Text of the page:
Toasted the groats with a beaten egg, boiled with good homemade veggie stock. Sauteed mushrooms with caramelized onions in butter and added a bit of thyme, caraway seed, and dill. Reserved a bit of the pasta water to loosen up when mixing, glugged in a bit of heavy cream. Delicious.


Saute the kasha groats in an egg before cooking. Makes it so much richer and nuttier. And even better if you sautee mushrooms with the onions.


I always toast the Kashi with egg before adding chicken stock. I wonder if this can be made in an instant pot?

Euphemia Thompson

Many insist on toasting the kasha with an egg. I toast in a hot pan, no egg. Stir constantly until it becomes fragrant, then turn off the heat. Let cool a bit, and then start adding hot broth (as for risotto) and as the groats (I use whole, not ground) absorb the liquid, keep adding till they've softened to your desired consistency.

Lynde Paule

I cannot have any oil or dairy so the dish was made without it. It tasted very different from how I traditionally have made it for decades, but it was heart healthy. I am not sure I will make it again because I cannot have oil.


Mushrooooooooooooms!Ya mustAnd toast those lovely little groats in egg.Ya must


Add egg first to raw kasha


To really make this recipe luscious, use more kasha (we use one box to 5 cup of cooked pasta), yes the egg and kasha of course, caramelize the onions as others have said AND use leftover (defatted) brisket juice as the liquid instead of so much oil. After it is done cooking, add leftover brisket minced.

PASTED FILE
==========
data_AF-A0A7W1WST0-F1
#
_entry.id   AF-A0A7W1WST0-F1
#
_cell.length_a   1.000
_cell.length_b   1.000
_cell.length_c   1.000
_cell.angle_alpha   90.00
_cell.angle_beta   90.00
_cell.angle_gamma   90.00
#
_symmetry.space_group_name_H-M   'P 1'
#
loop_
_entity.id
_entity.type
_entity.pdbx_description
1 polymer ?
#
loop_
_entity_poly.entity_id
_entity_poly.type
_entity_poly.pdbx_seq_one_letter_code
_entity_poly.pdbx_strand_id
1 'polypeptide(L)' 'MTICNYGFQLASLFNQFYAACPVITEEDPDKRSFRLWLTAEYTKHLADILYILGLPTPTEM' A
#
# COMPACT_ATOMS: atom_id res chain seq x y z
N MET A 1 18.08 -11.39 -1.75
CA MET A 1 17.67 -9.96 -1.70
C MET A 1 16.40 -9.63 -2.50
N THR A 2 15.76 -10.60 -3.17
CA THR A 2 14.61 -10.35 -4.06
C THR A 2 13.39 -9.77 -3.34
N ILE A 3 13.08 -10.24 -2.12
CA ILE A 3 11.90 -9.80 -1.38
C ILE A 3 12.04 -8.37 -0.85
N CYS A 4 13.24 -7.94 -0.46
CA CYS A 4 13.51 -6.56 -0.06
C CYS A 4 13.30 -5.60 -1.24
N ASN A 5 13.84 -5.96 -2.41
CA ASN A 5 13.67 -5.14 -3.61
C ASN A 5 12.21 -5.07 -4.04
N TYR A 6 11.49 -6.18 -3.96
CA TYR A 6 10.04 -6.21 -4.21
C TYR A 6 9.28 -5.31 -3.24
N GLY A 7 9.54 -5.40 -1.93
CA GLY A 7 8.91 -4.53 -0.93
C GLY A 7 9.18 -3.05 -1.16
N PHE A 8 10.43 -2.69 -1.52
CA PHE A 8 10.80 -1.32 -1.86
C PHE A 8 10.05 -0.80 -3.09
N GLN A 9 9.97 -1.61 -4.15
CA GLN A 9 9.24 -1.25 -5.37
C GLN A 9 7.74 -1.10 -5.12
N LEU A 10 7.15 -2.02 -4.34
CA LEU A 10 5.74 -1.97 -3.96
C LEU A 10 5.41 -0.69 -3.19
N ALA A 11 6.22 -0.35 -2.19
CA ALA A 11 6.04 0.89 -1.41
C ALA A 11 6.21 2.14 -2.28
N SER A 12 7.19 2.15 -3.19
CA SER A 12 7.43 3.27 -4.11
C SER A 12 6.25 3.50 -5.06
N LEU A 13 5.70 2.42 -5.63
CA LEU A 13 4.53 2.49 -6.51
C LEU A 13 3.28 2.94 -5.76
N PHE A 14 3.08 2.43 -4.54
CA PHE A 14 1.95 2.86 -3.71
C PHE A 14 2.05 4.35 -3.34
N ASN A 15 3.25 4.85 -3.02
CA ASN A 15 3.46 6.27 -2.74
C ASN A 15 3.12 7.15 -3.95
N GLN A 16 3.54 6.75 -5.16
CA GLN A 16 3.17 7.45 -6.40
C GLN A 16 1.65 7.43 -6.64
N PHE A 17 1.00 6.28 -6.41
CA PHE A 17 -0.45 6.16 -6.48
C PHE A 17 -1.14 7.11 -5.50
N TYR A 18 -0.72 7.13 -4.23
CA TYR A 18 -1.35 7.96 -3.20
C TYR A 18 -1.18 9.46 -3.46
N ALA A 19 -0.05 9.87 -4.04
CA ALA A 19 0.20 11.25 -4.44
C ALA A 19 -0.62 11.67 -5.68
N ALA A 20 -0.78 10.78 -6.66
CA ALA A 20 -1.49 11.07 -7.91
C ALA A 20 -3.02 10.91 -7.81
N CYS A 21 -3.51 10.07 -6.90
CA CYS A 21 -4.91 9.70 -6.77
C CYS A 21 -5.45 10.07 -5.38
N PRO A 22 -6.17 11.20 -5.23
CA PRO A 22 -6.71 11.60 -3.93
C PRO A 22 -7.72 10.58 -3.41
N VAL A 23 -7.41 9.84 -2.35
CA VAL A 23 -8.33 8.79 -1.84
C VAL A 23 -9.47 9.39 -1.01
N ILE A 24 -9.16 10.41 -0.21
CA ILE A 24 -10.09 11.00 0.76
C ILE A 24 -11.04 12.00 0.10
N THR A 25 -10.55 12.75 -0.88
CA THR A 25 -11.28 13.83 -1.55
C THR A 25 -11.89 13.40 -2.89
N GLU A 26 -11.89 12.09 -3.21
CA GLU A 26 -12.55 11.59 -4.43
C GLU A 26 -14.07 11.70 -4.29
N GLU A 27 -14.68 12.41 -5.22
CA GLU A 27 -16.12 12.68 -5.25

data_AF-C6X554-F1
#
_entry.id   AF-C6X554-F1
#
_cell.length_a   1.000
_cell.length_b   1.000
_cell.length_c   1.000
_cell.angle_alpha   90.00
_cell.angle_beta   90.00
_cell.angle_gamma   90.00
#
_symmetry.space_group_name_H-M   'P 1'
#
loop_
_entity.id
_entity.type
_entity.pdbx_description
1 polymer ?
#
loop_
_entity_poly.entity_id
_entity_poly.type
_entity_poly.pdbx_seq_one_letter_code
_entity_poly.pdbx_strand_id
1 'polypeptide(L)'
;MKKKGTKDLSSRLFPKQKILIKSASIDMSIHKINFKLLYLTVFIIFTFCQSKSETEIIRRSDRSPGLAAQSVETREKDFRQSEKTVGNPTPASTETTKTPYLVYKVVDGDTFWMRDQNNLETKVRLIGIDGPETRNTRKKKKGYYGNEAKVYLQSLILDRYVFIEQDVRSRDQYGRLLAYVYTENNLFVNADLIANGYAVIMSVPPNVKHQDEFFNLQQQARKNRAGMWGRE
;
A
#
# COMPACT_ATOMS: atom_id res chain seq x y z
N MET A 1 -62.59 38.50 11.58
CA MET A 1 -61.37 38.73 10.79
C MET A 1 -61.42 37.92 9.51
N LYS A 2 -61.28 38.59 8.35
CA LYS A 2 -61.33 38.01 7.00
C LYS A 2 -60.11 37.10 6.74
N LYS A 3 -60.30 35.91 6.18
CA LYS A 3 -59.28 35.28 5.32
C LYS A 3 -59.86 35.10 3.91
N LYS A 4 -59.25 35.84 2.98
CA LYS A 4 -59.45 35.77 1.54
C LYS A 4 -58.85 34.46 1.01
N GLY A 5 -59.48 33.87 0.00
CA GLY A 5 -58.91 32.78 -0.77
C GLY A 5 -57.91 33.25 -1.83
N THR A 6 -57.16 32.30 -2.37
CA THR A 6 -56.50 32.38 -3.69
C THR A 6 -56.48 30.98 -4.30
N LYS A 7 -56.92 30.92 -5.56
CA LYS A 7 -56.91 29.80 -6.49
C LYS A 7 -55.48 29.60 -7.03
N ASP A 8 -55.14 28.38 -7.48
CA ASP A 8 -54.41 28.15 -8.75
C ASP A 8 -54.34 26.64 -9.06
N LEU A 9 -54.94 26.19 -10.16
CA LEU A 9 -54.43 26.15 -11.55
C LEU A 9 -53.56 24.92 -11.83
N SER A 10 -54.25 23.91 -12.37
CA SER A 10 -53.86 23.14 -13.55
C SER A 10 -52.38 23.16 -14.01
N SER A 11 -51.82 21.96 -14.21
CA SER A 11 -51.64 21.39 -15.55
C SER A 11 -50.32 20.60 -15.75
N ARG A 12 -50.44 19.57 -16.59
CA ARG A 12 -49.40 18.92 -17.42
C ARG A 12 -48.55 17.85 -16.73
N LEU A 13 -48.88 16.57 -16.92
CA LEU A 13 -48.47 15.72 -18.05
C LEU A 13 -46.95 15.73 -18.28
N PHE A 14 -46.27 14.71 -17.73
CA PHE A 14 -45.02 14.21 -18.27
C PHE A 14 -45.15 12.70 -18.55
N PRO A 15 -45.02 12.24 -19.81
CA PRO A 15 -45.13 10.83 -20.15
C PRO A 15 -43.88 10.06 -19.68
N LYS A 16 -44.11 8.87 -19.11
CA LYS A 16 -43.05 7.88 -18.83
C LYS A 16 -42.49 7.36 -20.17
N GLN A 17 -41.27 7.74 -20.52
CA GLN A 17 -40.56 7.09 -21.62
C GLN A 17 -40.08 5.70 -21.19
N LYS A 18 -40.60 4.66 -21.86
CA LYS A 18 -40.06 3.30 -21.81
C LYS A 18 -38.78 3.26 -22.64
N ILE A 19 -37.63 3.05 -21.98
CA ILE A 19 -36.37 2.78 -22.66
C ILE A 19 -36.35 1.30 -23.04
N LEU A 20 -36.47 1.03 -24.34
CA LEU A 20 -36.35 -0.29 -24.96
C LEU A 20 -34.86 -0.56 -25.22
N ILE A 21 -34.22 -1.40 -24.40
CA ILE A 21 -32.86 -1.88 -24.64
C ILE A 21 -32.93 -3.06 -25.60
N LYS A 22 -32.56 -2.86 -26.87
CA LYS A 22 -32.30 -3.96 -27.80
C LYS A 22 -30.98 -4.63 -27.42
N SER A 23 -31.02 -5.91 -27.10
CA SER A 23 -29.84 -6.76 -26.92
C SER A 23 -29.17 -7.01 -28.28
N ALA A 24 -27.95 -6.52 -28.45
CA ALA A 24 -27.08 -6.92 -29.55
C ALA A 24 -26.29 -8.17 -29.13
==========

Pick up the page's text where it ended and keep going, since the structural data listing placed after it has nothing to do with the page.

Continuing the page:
David Parker

Soaking the kasha for at least two hours before you cook it reduces the cooking time exponentially. 10 minutes tops, and less if you've soaked it over night. I also caramelized the onions over low heat for about 40 minutes.


Toast the kasha so the end result is fluffy and not a mush: beat an egg (or two egg whites) and mix with raw kasha, then toast in a dry non stick pan until the groats are golden and dry.Add less fat (e.g. extra-light olive oil), and use a broth, e.g. chicken, to bring this up a notch. Toasting the kasha with egg is also a great addition; also caramelize sweet onions, and sauteed mushrooms.


There's a Craig Claiborne recipe on this site for "Kasha or Buckwheat Groats", which agrees with many of these comments that (a) the kasha should be toasted with an egg and (b) some bird stock is a good idea. Craig likes quail stock.

Ann O’Neill

Made this using duck fat (which I had instead of schmaltz) and it was amazing. I agree with others about toasting the kasha in egg first. When serving leftovers I drizzled on some pomegranate molasses (see Martha Rose Shulman kasha recipe) and some Japanese chili garlic crisp and all I can say is wow. How great fusion can be!


My mother never made it. Her mother and father were born in Lithuania, and the cooking traditions were different than those in the heart of eastern Europe. I missed out on brisket too! Never heard of either dish until I ate at a boyfriend's house in high school. I made my kasha in my instant pot. No egg, and it was fine.

Cook from Chapel Hill

Is there a way to toast the kasha without using egg? (Vegan family)


Maybe try aquafaba? I haven't tried it but suspect it would work.


Cooking the kasha in egg is a must, otherwise it gets mushy. Use a fork to press down on the kasha in a dry pan. It help create that nutty taste and smell. Definitely use broth, either chicken or vegetable for more flavor. I cooked this last week as my mother did. Add large cubes of green pepper while it is steaming. Then she would add a scrambled egg (I use 3). My daughter called it Jewish fried rice.

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Kasha Varnishkes Recipe (2024)